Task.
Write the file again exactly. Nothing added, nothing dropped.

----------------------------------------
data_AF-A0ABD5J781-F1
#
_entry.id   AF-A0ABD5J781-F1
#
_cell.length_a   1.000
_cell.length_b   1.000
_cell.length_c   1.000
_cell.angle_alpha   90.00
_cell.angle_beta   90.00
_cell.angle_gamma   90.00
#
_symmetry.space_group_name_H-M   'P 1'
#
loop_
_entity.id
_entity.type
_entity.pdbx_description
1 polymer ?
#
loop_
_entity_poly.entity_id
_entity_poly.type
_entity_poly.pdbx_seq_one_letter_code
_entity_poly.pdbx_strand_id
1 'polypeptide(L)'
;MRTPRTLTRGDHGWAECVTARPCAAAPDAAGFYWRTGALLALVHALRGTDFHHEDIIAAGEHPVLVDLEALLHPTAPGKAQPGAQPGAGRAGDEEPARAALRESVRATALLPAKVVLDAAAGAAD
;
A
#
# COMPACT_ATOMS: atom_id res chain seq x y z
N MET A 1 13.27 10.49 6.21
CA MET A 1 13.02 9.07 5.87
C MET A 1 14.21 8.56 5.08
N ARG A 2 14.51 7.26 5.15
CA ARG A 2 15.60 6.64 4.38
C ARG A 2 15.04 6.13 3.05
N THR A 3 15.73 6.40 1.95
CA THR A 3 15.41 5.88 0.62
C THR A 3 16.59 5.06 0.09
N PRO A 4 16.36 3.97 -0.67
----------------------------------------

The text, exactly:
data_AF-A0ABD5J781-F1
#
_entry.id   AF-A0ABD5J781-F1
#
_cell.length_a   1.000
_cell.length_b   1.000
_cell.length_c   1.000
_cell.angle_alpha   90.00
_cell.angle_beta   90.00
_cell.angle_gamma   90.00
#
_symmetry.space_group_name_H-M   'P 1'
#
loop_
_entity.id
_entity.type
_entity.pdbx_description
1 polymer ?
#
loop_
_entity_poly.entity_id
_entity_poly.type
_entity_poly.pdbx_seq_one_letter_code
_entity_poly.pdbx_strand_id
1 'polypeptide(L)'
;MRTPRTLTRGDHGWAECVTARPCAAAPDAAGFYWRTGALLALVHALRGTDFHHEDIIAAGEHPVLVDLEALLHPTAPGKAQPGAQPGAGRAGDEEPARAALRESVRATALLPAKVVLDAAAGAAD
;
A
#
# COMPACT_ATOMS: atom_id res chain seq x y z
N MET A 1 13.27 10.49 6.21
CA MET A 1 13.02 9.07 5.87
C MET A 1 14.21 8.56 5.08
N ARG A 2 14.51 7.26 5.15
CA ARG A 2 15.60 6.64 4.38
C ARG A 2 15.04 6.13 3.05
N THR A 3 15.73 6.40 1.95
CA THR A 3 15.41 5.88 0.62
C THR A 3 16.59 5.06 0.09
N PRO A 4 16.36 3.97 -0.67